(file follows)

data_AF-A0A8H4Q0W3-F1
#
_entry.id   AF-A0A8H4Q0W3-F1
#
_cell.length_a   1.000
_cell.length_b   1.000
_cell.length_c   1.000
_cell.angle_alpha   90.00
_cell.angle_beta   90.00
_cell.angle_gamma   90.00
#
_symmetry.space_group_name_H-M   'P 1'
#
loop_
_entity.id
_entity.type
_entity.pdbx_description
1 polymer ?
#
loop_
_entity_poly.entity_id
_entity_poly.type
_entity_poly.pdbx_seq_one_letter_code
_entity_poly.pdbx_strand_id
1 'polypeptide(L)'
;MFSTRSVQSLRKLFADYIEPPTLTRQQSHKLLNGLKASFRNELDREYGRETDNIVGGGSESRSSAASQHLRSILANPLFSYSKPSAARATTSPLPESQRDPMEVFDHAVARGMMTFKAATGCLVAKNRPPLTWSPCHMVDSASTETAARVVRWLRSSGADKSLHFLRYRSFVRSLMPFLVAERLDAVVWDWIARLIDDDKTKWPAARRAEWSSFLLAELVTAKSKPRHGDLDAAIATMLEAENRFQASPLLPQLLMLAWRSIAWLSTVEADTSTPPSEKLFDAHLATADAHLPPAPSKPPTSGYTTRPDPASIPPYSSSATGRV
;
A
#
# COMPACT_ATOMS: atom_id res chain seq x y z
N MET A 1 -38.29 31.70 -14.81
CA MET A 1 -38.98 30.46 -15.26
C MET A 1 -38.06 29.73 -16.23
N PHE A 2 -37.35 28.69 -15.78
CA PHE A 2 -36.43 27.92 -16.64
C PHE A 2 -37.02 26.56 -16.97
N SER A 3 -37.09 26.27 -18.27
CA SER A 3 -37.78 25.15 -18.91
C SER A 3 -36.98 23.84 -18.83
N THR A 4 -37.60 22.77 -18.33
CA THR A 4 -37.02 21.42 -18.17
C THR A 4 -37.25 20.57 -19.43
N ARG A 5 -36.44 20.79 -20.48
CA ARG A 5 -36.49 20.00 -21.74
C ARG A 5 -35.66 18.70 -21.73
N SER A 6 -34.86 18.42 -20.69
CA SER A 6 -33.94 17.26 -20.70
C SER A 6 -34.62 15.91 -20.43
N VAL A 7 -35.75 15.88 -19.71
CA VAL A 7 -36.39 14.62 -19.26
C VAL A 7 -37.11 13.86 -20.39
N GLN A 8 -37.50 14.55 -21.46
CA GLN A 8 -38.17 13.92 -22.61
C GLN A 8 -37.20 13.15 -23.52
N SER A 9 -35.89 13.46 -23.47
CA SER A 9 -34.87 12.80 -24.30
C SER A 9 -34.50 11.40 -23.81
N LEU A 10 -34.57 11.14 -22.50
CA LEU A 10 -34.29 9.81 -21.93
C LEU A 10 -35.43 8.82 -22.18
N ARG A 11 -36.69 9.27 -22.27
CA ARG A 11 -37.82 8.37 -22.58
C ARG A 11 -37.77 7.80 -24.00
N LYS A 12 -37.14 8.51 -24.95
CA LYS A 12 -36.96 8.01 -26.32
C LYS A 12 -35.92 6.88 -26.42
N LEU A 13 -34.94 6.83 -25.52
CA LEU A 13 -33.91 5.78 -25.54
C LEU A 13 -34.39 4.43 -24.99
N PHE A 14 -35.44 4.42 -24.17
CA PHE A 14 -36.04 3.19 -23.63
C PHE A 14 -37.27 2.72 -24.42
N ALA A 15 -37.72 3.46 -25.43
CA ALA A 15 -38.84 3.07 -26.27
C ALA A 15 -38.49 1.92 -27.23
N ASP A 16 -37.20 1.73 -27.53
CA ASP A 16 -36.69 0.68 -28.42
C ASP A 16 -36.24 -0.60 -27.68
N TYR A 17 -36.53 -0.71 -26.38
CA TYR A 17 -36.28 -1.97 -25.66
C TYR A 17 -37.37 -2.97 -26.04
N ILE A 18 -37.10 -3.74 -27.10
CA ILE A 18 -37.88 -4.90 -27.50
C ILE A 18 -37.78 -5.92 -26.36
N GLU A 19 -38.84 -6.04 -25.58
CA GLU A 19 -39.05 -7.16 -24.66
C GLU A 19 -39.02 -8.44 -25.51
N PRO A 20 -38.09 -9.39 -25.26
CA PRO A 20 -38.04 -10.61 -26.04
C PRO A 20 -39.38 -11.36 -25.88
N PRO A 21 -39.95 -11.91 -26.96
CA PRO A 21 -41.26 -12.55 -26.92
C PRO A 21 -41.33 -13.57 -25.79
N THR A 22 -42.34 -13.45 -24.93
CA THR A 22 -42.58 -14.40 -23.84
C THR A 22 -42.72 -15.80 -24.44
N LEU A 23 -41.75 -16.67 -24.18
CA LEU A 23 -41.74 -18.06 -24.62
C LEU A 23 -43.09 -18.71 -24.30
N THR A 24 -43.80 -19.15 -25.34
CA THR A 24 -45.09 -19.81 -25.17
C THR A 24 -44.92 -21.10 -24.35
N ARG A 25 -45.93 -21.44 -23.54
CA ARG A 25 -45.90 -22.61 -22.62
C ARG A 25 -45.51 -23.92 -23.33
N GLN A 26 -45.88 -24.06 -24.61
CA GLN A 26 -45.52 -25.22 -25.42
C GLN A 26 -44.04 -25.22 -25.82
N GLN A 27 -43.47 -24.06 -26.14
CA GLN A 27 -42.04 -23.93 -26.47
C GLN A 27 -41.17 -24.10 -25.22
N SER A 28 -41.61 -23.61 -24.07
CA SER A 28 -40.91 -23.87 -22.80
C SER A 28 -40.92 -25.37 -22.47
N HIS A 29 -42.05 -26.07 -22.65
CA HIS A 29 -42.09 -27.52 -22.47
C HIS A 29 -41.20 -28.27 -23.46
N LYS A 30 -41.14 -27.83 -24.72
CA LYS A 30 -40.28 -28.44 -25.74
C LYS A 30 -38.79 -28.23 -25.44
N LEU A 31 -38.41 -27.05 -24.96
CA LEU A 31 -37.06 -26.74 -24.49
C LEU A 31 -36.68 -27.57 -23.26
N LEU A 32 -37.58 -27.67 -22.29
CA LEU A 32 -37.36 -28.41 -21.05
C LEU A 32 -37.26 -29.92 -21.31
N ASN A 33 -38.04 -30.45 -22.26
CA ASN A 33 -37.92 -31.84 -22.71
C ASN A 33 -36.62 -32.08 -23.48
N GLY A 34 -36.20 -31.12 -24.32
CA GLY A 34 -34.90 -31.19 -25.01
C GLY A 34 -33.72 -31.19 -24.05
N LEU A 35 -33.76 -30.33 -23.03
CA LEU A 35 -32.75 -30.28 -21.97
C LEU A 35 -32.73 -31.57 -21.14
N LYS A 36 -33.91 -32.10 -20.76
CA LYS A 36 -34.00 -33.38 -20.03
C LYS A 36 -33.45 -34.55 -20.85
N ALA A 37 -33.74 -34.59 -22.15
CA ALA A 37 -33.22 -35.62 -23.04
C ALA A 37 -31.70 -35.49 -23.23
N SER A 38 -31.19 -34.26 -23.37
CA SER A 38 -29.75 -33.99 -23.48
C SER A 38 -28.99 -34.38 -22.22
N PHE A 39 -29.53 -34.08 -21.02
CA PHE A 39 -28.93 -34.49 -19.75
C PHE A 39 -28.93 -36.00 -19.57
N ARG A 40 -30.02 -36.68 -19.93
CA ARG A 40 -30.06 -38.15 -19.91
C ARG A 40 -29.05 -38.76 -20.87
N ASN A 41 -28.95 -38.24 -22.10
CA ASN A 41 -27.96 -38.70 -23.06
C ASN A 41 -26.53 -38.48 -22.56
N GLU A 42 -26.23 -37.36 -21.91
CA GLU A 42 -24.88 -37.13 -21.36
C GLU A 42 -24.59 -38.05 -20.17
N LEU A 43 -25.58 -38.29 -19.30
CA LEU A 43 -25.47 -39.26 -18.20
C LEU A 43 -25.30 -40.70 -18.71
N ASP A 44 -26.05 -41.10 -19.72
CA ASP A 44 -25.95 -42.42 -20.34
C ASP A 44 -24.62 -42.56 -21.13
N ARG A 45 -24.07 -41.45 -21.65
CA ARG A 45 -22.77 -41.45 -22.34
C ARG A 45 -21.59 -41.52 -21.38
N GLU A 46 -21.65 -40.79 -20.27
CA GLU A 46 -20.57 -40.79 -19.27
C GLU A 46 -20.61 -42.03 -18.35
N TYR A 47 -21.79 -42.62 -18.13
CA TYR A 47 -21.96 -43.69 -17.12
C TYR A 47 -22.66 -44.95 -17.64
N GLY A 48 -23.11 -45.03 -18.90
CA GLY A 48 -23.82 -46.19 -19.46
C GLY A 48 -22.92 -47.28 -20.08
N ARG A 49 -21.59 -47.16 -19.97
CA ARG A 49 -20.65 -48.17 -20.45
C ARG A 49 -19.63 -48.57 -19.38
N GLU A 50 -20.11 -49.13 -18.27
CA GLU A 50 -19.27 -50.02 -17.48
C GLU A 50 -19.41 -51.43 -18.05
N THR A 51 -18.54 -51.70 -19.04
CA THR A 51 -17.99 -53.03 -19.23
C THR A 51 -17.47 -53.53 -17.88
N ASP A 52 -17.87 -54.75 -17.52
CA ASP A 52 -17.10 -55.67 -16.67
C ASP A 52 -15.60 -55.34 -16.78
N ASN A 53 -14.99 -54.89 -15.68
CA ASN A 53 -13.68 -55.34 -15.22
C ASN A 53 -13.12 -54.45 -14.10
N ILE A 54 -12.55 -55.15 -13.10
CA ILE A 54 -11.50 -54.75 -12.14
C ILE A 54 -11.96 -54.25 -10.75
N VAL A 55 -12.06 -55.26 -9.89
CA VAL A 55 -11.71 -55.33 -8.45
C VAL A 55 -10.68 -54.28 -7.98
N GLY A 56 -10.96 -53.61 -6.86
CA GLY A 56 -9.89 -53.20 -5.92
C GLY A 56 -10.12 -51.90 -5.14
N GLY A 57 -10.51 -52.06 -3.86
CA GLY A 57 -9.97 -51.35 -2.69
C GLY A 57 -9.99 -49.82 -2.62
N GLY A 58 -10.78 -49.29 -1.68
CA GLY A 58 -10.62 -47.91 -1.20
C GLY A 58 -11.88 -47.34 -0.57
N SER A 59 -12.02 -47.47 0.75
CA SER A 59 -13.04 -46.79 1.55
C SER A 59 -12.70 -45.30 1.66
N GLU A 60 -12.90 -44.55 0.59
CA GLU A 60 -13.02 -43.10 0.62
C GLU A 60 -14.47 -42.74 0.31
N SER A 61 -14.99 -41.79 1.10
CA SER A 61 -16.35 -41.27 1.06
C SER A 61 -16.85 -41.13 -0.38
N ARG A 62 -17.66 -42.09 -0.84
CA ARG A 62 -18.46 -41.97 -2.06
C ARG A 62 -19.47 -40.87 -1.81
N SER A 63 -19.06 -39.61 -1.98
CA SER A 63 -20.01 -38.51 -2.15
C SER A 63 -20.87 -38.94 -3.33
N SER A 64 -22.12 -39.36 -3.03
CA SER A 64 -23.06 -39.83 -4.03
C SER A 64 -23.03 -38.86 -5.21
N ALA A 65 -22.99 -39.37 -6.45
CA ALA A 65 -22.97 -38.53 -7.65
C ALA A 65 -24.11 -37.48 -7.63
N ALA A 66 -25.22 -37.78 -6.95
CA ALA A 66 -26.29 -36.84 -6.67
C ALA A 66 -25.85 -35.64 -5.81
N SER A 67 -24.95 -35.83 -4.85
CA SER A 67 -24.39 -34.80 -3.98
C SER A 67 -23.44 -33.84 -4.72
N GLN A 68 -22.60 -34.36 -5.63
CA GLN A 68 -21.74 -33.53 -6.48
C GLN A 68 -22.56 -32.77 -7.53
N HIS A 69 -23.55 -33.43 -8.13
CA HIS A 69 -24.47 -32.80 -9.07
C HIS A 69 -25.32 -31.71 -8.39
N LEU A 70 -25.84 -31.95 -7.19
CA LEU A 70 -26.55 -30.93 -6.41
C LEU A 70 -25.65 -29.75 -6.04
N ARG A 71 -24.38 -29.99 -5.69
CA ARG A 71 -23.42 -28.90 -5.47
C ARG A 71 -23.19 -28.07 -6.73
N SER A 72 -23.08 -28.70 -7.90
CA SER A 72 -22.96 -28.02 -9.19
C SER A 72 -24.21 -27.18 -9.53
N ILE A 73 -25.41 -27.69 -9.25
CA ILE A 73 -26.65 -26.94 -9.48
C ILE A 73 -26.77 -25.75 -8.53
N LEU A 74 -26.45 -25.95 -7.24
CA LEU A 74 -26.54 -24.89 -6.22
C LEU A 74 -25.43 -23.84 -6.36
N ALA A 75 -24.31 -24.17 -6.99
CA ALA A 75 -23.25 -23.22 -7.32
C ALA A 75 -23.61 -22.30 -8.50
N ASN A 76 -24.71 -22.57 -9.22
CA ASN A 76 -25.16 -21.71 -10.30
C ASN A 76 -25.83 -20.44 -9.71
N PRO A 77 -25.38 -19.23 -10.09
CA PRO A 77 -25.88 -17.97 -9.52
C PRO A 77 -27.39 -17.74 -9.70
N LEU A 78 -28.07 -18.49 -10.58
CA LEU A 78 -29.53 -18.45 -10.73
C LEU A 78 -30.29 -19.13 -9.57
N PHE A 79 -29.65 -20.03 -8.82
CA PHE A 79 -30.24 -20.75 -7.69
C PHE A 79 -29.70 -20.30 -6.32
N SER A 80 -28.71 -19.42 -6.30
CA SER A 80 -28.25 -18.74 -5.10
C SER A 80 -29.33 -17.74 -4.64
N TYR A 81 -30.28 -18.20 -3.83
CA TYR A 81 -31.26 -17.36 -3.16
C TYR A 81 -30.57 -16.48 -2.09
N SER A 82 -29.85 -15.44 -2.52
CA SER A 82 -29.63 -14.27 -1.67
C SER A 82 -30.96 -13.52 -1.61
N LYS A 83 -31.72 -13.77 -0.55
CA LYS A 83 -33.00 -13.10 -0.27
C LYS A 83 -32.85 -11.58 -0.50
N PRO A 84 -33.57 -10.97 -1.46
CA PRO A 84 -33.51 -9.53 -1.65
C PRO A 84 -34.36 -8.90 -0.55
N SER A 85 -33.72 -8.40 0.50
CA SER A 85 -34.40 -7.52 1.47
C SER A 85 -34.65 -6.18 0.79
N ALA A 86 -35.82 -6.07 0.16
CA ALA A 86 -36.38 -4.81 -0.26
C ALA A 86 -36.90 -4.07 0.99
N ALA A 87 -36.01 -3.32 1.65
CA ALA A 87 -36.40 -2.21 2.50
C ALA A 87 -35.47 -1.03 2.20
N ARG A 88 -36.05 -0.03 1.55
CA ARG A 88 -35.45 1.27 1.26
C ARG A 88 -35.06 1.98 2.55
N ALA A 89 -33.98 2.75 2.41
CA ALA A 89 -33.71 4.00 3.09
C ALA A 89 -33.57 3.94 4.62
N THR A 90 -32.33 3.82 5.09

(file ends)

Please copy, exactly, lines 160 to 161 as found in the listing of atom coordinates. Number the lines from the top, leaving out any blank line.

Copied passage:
N ASP A 44 -26.05 -41.10 -19.72
CA ASP A 44 -25.95 -42.42 -20.34